Ganja tourism is a growing business for Jamaican farmers, writes David McFadden.
Bordeaux and Champagne have their wine tours, and travellers flock to Scotland to sample the fine single malt whiskies. But in Jamaica, farmers are offering trips for a different type of connoisseur.
Call them ganja tours: smoky, mystical (and illegal) journeys to the island's hidden cannabis plantations where pot tourists can sample strains such as "purple kush" and "pineapple skunk".
The tours pass through places such as Nine Mile, the tiny hometown of reggae star and pot-lover Bob Marley. Here, in Jamaica's verdant central mountains, dreadlocked men escort visitors to a farm where deep-green marijuana plants grow in reddish soil.
Similar tours are offered just outside the western resort town of Negril, which has drawn weed-smoking holidaymakers for decades.
"This one here is the original sinsemilla, Bob Marley's favourite. And this one here is the chocolate skunk. It's special for the ladies," a pot farmer nicknamed "Breezy" says as he shows off several varieties on his plot.
While legalisation drives have scored major victories worldwide (the Government of Uruguay is looking at getting into the pot business itself), "ganga" is still illegal in Jamaica.
Some would like to see change, saying Jamaica's struggling economy could be boosted by taking advantage of the island's fame for marijuana, as well as its reputation for beaches, reggae music and sprinters.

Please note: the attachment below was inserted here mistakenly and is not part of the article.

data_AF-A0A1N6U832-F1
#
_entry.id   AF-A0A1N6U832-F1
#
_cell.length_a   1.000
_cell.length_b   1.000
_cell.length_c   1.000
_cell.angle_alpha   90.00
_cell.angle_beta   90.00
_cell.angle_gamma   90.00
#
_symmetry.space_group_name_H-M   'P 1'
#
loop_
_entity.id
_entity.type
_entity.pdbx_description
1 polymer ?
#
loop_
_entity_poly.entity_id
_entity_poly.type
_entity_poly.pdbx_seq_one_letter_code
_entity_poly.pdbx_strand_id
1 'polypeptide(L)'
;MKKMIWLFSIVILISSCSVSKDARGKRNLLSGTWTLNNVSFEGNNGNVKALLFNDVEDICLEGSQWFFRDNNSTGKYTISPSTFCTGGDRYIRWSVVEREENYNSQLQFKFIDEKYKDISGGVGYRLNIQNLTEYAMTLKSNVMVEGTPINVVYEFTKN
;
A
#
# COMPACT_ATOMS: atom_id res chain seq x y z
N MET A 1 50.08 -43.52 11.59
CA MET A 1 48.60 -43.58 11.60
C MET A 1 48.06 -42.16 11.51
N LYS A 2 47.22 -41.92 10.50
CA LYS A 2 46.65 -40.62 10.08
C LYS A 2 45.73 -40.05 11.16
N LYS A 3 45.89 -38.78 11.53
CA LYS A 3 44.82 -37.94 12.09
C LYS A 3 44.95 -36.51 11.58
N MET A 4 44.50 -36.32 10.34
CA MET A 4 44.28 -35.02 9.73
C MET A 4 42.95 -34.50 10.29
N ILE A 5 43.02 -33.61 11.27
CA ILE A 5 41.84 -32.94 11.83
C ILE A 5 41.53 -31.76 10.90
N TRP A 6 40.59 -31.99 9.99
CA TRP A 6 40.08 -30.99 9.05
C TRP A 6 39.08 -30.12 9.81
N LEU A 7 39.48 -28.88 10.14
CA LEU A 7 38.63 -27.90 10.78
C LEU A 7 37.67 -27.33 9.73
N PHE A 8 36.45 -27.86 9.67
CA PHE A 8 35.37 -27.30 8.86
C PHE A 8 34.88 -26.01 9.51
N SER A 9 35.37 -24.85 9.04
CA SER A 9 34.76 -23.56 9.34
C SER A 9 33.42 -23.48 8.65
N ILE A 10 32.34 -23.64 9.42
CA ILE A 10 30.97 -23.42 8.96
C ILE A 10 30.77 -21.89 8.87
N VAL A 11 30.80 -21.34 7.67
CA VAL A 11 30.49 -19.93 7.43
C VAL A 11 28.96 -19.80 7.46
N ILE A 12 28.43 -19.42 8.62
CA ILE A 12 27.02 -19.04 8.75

"There's already a high degree of marijuana tourism in Jamaica - they just don't call it that," said Chris Simunek, editor-in-chief of High Times magazine in New York.
In Nine Mile, Breezy says Americans, Germans and increasingly Russians have toured his farm and sampled his crop. There were no takers for the $60 tour on the morning I visited among a couple of busloads of cruise ship tourists arriving at Bob Marley's childhood home, though more than a dozen lined up to buy baggies of weed from Breezy's friends, sold through a hole in the wall of the museum compound.
"I can get stronger stuff at home, but there's something really special about smoking marijuana in Jamaica. I mean, this is the marijuana that inspired Bob Marley," says 26-year-old American tourist "Angie".
One tour company promises ganja tours in the Negril area, but first you have to smoke a "spliff" with your guide, presumably to show you are not law enforcement.
"After you smoke a spliff with us ... then we will take you on the best ganja tours in Jamaica and you'll smoke (and eat if you want) so much ganja you'll be talking to Bob Marley himself," the tour website promises.
"The Government needs to free up marijuana soon, man, because it's a natural thing, a spiritual thing," says Breezy.
"And the tourists love it."
Getting there: Jamaica is best reached from the United States, with many US airlines flying there.
Weather: Jamaica is warm all year round, though it can get chilly in winter in the higher areas. Peak season is July and August.